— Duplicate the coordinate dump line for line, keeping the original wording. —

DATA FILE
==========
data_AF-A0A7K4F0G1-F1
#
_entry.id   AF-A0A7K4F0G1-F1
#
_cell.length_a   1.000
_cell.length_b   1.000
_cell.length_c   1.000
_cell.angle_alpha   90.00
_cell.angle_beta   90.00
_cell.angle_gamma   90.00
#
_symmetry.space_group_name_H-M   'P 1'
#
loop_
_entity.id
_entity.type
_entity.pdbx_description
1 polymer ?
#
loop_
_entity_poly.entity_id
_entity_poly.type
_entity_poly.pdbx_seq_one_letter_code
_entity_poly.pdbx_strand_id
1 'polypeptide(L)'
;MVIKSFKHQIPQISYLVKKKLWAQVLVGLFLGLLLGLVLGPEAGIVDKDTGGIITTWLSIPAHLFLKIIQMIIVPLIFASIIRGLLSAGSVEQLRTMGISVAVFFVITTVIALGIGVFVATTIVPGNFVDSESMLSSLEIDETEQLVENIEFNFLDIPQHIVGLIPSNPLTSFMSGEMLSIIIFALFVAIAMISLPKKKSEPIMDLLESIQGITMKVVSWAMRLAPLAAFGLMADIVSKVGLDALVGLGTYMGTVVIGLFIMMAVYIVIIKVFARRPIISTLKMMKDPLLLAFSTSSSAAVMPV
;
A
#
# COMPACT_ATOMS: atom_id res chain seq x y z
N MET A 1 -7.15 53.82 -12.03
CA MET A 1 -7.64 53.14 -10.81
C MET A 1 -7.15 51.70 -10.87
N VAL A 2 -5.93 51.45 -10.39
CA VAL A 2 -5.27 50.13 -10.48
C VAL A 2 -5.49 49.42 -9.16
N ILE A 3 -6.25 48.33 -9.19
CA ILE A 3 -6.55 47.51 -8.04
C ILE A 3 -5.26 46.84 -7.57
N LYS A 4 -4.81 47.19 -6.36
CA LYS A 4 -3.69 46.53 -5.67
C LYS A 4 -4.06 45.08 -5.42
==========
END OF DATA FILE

data_AF-A0A7K4F0G1-F1
#
_entry.id   AF-A0A7K4F0G1-F1
#
_cell.length_a   1.000
_cell.length_b   1.000
_cell.length_c   1.000
_cell.angle_alpha   90.00
_cell.angle_beta   90.00
_cell.angle_gamma   90.00
#
_symmetry.space_group_name_H-M   'P 1'
#
loop_
_entity.id
_entity.type
_entity.pdbx_description
1 polymer ?
#
loop_
_entity_poly.entity_id
_entity_poly.type
_entity_poly.pdbx_seq_one_letter_code
_entity_poly.pdbx_strand_id
1 'polypeptide(L)'
;MVIKSFKHQIPQISYLVKKKLWAQVLVGLFLGLLLGLVLGPEAGIVDKDTGGIITTWLSIPAHLFLKIIQMIIVPLIFASIIRGLLSAGSVEQLRTMGISVAVFFVITTVIALGIGVFVATTIVPGNFVDSESMLSSLEIDETEQLVENIEFNFLDIPQHIVGLIPSNPLTSFMSGEMLSIIIFALFVAIAMISLPKKKSEPIMDLLESIQGITMKVVSWAMRLAPLAAFGLMADIVSKVGLDALVGLGTYMGTVVIGLFIMMAVYIVIIKVFARRPIISTLKMMKDPLLLAFSTSSSAAVMPV
;
A
#
# COMPACT_ATOMS: atom_id res chain seq x y z
N MET A 1 -7.15 53.82 -12.03
CA MET A 1 -7.64 53.14 -10.81
C MET A 1 -7.15 51.70 -10.87
N VAL A 2 -5.93 51.45 -10.39
CA VAL A 2 -5.27 50.13 -10.48
C VAL A 2 -5.49 49.42 -9.16
N ILE A 3 -6.25 48.33 -9.19
CA ILE A 3 -6.55 47.51 -8.04
C ILE A 3 -5.26 46.84 -7.57
N LYS A 4 -4.81 47.19 -6.36
CA LYS A 4 -3.69 46.53 -5.67
C LYS A 4 -4.06 45.08 -5.42